Ulcers are common in our society: About one out of every 10 Americans will suffer from the a peptic (or gastric) ulcer at some point in life.
Peptic ulcers are holes or breaks in the protective lining of the duodenum (the upper part of the small intestine) or the stomach — areas that come into contact with stomach acids and enzymes. Duodenal ulcers are more common than stomach ulcers. Comparatively rare are esophageal ulcers, which form in the esophagus — or swallowing tube — and are often a result of exposure to medications, like certain antibiotics or anti-inflammatories, or alcohol abuse.
While excessive stomach acid secretion certainly plays a role in the development of ulcers, a relatively recent theory holds that bacterial infection (H. pylori) is the primary cause of peptic ulcers.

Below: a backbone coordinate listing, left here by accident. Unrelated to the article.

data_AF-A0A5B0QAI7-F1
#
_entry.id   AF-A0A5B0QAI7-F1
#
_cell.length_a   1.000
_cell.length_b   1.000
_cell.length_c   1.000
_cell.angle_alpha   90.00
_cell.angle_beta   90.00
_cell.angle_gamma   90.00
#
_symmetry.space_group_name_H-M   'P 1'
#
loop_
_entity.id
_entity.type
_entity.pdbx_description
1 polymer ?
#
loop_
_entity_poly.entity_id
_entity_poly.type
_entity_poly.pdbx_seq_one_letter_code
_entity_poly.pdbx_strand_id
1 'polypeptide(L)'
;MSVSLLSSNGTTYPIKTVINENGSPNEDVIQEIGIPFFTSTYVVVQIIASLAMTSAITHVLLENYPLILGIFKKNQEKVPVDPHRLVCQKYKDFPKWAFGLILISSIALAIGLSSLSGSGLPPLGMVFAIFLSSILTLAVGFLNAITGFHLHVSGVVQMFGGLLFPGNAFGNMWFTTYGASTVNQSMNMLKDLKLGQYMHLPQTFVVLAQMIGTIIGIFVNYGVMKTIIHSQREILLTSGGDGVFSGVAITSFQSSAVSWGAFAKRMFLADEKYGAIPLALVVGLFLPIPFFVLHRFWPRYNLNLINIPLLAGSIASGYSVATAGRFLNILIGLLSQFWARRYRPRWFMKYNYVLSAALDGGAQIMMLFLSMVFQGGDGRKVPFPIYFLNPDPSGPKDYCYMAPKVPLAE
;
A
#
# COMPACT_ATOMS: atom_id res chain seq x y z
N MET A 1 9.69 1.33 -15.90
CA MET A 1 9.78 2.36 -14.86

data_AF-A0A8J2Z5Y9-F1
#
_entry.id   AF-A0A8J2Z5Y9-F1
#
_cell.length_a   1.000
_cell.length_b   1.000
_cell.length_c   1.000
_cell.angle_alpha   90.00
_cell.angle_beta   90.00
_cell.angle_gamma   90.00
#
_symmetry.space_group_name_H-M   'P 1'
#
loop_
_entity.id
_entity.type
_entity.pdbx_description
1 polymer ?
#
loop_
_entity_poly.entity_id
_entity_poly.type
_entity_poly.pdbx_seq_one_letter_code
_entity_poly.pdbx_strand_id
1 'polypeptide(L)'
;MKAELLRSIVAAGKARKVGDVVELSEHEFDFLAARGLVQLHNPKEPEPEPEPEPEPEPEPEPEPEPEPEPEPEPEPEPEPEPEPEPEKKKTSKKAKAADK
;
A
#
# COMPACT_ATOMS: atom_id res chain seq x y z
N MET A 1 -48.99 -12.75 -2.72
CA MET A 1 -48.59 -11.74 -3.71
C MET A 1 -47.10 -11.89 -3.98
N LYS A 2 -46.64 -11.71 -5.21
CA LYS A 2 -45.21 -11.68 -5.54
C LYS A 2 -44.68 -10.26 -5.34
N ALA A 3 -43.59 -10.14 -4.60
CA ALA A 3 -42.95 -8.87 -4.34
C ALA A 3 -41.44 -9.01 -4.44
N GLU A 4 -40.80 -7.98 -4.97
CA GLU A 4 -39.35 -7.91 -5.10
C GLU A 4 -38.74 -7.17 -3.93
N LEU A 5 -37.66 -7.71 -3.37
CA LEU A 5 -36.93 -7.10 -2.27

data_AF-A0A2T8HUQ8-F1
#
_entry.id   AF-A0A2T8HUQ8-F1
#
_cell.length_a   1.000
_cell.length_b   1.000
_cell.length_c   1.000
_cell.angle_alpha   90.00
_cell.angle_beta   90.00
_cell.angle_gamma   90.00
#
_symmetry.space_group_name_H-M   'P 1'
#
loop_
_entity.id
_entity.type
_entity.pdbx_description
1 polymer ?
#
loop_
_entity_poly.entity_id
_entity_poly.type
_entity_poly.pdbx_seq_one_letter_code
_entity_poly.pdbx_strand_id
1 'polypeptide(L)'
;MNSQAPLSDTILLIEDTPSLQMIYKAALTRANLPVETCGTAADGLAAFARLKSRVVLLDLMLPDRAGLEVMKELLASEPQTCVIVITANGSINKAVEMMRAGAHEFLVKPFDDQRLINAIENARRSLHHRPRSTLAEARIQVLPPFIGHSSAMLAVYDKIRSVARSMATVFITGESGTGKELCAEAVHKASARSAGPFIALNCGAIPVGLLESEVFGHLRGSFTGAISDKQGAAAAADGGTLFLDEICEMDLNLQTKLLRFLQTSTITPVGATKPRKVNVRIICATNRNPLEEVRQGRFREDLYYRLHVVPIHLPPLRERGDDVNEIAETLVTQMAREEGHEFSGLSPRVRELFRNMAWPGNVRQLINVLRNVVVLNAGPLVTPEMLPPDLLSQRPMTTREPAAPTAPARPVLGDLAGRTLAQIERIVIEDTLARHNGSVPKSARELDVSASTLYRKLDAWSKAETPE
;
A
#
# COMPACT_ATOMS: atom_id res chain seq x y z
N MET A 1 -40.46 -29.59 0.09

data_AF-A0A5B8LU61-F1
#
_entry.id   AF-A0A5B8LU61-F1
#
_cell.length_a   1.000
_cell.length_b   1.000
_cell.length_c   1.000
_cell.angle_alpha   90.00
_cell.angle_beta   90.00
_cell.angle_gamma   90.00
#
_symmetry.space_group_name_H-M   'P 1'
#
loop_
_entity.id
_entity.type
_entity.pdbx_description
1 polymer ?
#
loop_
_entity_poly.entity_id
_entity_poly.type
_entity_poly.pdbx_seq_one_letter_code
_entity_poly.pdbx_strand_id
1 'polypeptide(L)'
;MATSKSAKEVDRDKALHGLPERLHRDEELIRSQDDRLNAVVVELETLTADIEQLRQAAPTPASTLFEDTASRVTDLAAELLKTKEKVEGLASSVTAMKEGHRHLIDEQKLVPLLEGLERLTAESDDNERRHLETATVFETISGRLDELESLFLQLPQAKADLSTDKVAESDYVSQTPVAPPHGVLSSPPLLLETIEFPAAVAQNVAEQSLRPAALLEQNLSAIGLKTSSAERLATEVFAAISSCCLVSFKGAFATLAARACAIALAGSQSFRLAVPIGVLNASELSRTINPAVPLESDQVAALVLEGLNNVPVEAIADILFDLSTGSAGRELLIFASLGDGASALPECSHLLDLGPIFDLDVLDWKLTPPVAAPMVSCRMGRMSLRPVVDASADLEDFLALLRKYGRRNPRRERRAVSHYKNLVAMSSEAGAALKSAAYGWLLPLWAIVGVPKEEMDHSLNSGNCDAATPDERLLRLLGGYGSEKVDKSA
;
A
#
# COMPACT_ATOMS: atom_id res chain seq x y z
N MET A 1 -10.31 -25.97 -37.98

Other factors such as overuse of over-the-counter painkillers (such as aspirin, ibuprofen, and naproxen), heavy alcohol use, psychological stress, and smoking may promote the development of ulcers, especially in someone with H. pylori.
People with type A blood are more likely to develop cancerous stomach ulcers. Duodenal ulcers tend to appear in people with type O blood, possibly because they do not produce the substance on the surface of blood cells that may protect the lining of the duodenum.
Peptic ulcers are treated, and in many cases they are cured with antibiotics, antacids, and other drugs that reduce the amount of acid produced by the stomach. There are also a variety of self-help and alternative treatments that can aid in relieving pain
However, the dangers associated with peptic ulcers — such as anemia, profuse bleeding, and stomach cancer — are serious, so ulcers should always be monitored by your doctor.